AFRE Assistant Professor Zach Rutledge Focuses on the Next Generation of Agricultural Labor
Dr. Zachariah Rutledge, a new assistant professor in the Department of Agricultural, Food, and Resource Economics (AFRE) at Michigan State University, is building a research, teaching, and Extension agenda focusing on the scarcity of agricultural labor
For nearly a decade, the agriculture industry in Michigan and across the U.S. has experienced a critical domestic labor shortage. The domestic workforce is aging, and better job opportunities may present themselves in non-farm sectors across the country. As a result, agricultural producers are demanding policy reform to help ensure a stable source of agricultural labor.
Dr. Zachariah Rutledge, a new assistant professor in the Department of Agricultural, Food, and Resource Economics (AFRE) at Michigan State University, recognizes the importance of agricultural labor policy. He is building a research, teaching, and Extension agenda that emphasizes labor scarcity and producing valuable information to influence decision makers.
“Research over the past decade has indicated that the number of workers willing to perform agricultural labor in the United States is declining and shrinking,” said Rutledge. “I'm doing research to document that, and produce results that can help understand whether there are certain market or policy-based solutions that can help resolve the labor issue for domestic producers.”
Rutledge recognizes that he must build an understanding of the diverse industry landscape unique to Michigan. He is approaching this process with an open mind to make the biggest impact on Michigan agriculture that he can.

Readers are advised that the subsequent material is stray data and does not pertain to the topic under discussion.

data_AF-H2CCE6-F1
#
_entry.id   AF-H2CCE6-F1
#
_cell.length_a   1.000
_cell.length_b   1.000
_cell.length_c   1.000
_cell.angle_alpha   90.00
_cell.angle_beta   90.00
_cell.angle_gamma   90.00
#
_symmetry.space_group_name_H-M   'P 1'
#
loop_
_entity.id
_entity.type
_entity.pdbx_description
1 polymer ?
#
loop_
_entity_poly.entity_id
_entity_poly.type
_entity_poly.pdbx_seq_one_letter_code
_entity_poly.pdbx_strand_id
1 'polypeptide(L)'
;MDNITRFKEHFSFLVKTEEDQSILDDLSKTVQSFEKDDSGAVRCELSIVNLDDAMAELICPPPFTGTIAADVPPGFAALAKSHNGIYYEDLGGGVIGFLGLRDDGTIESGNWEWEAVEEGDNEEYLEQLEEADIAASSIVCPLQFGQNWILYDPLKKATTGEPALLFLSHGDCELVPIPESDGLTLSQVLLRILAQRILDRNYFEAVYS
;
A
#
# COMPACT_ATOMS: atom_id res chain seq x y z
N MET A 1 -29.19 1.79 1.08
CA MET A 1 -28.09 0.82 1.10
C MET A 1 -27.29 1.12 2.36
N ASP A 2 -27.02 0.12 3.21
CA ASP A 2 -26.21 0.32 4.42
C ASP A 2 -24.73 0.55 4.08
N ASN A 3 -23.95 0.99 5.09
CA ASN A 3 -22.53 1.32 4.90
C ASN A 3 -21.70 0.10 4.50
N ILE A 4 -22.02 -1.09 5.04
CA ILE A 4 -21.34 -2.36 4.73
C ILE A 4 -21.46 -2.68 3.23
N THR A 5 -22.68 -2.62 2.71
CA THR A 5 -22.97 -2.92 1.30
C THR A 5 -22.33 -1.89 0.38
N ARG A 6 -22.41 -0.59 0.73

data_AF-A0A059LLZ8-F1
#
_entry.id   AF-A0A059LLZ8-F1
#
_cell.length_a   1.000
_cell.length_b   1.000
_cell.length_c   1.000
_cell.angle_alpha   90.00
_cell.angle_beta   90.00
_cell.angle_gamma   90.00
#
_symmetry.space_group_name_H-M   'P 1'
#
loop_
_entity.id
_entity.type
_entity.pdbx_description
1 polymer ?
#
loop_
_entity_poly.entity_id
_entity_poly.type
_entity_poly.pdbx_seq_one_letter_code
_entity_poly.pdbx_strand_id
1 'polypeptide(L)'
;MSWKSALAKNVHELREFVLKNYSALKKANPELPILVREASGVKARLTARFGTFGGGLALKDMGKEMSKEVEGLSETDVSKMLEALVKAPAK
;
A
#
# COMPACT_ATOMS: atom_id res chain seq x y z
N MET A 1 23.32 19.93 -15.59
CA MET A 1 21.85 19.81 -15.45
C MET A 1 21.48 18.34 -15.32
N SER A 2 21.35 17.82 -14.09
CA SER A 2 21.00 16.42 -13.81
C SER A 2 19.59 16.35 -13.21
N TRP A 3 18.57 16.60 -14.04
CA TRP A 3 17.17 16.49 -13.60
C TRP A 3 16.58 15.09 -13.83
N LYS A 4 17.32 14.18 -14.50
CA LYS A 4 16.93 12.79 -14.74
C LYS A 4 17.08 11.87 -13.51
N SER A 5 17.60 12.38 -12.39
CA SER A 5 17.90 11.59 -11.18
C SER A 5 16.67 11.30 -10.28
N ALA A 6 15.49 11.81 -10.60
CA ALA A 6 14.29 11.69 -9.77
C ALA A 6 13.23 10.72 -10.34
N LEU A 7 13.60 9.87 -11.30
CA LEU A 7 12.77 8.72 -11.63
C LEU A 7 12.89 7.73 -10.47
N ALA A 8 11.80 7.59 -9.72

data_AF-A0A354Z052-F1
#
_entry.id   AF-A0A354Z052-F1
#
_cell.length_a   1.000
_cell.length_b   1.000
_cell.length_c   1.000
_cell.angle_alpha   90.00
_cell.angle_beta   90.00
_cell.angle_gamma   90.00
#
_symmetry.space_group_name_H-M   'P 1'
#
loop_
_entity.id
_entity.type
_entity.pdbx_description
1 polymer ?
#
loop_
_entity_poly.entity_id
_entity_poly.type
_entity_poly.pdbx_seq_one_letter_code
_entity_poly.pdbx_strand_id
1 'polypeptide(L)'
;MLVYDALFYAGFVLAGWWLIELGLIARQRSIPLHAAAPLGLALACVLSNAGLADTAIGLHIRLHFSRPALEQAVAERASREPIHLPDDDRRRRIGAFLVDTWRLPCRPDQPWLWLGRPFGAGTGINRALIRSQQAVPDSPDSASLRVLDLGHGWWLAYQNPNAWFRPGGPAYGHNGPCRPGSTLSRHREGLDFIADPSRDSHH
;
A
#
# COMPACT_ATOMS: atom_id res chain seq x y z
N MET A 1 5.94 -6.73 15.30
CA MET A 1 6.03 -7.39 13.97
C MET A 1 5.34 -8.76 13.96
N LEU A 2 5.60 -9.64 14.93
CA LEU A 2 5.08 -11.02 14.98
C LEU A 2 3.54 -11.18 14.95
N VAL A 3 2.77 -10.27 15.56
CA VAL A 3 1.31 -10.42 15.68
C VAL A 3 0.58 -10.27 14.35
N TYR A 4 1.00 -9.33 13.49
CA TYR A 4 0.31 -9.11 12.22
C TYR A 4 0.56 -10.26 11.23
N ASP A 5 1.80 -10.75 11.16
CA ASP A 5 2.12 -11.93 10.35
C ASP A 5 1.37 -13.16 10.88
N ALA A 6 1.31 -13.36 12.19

“I'm planning to get some boots on the ground and do survey work to try to figure out what the pressing needs are for Michigan producers,” said Rutledge. “I'm going to dig into the data and put out news articles and outreach publications that can highlight what's going on in Michigan agricultural labor.”
Finding a solution to reverse the decline of the agricultural workforce is critical to ensuring production remains stable. Rutledge remains steadfast on ensuring that the agricultural workforce is strengthened and policy is put in place to benefit the industry.
“We need farm workers here in the United States for stable production; we've been relying upon Mexico for decades for this source of labor,” said Rutledge. “I would like to be able to contribute information to help policy makers and the general public make educated decisions with respect to the topic of immigration.”